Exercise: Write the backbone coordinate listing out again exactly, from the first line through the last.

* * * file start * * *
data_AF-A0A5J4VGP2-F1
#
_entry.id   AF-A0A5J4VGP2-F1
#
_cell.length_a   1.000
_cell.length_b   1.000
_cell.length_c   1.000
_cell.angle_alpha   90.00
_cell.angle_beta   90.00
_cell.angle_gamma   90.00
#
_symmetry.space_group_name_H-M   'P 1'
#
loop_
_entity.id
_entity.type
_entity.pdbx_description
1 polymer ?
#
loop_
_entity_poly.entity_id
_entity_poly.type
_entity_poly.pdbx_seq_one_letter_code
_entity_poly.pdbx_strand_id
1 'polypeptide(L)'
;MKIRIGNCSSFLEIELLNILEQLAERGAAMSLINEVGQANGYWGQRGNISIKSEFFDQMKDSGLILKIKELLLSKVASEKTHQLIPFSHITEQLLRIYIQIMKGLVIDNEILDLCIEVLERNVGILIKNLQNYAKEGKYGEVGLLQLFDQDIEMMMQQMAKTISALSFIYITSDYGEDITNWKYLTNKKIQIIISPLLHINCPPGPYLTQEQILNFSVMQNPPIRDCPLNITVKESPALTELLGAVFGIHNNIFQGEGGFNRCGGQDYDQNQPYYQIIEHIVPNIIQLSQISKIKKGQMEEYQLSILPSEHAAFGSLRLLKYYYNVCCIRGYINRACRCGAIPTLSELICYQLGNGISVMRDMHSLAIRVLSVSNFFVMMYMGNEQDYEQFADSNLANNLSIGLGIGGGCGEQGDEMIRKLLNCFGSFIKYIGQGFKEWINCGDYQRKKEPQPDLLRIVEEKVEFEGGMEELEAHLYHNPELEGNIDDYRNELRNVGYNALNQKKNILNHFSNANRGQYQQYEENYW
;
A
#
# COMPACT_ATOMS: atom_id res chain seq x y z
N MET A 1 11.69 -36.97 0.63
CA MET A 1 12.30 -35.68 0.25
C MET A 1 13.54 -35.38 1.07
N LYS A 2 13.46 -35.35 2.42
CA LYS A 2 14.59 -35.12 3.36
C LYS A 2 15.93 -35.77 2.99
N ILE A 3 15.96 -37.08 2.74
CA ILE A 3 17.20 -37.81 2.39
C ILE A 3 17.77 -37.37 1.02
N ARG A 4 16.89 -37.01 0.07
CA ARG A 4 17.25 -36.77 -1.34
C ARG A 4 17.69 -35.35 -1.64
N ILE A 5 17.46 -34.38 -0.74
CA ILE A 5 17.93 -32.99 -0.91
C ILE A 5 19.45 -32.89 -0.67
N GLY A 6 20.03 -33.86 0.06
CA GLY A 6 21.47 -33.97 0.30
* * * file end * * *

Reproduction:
data_AF-A0A5J4VGP2-F1
#
_entry.id   AF-A0A5J4VGP2-F1
#
_cell.length_a   1.000
_cell.length_b   1.000
_cell.length_c   1.000
_cell.angle_alpha   90.00
_cell.angle_beta   90.00
_cell.angle_gamma   90.00
#
_symmetry.space_group_name_H-M   'P 1'
#
loop_
_entity.id
_entity.type
_entity.pdbx_description
1 polymer ?
#
loop_
_entity_poly.entity_id
_entity_poly.type
_entity_poly.pdbx_seq_one_letter_code
_entity_poly.pdbx_strand_id
1 'polypeptide(L)'
;MKIRIGNCSSFLEIELLNILEQLAERGAAMSLINEVGQANGYWGQRGNISIKSEFFDQMKDSGLILKIKELLLSKVASEKTHQLIPFSHITEQLLRIYIQIMKGLVIDNEILDLCIEVLERNVGILIKNLQNYAKEGKYGEVGLLQLFDQDIEMMMQQMAKTISALSFIYITSDYGEDITNWKYLTNKKIQIIISPLLHINCPPGPYLTQEQILNFSVMQNPPIRDCPLNITVKESPALTELLGAVFGIHNNIFQGEGGFNRCGGQDYDQNQPYYQIIEHIVPNIIQLSQISKIKKGQMEEYQLSILPSEHAAFGSLRLLKYYYNVCCIRGYINRACRCGAIPTLSELICYQLGNGISVMRDMHSLAIRVLSVSNFFVMMYMGNEQDYEQFADSNLANNLSIGLGIGGGCGEQGDEMIRKLLNCFGSFIKYIGQGFKEWINCGDYQRKKEPQPDLLRIVEEKVEFEGGMEELEAHLYHNPELEGNIDDYRNELRNVGYNALNQKKNILNHFSNANRGQYQQYEENYW
;
A
#
# COMPACT_ATOMS: atom_id res chain seq x y z
N MET A 1 11.69 -36.97 0.63
CA MET A 1 12.30 -35.68 0.25
C MET A 1 13.54 -35.38 1.07
N LYS A 2 13.46 -35.35 2.42
CA LYS A 2 14.59 -35.12 3.36
C LYS A 2 15.93 -35.77 2.99
N ILE A 3 15.96 -37.08 2.74
CA ILE A 3 17.20 -37.81 2.39
C ILE A 3 17.77 -37.37 1.02
N ARG A 4 16.89 -37.01 0.07
CA ARG A 4 17.25 -36.77 -1.34
C ARG A 4 17.69 -35.35 -1.64
N ILE A 5 17.46 -34.38 -0.74
CA ILE A 5 17.93 -32.99 -0.91
C ILE A 5 19.45 -32.89 -0.67
N GLY A 6 20.03 -33.86 0.06
CA GLY A 6 21.47 -33.97 0.30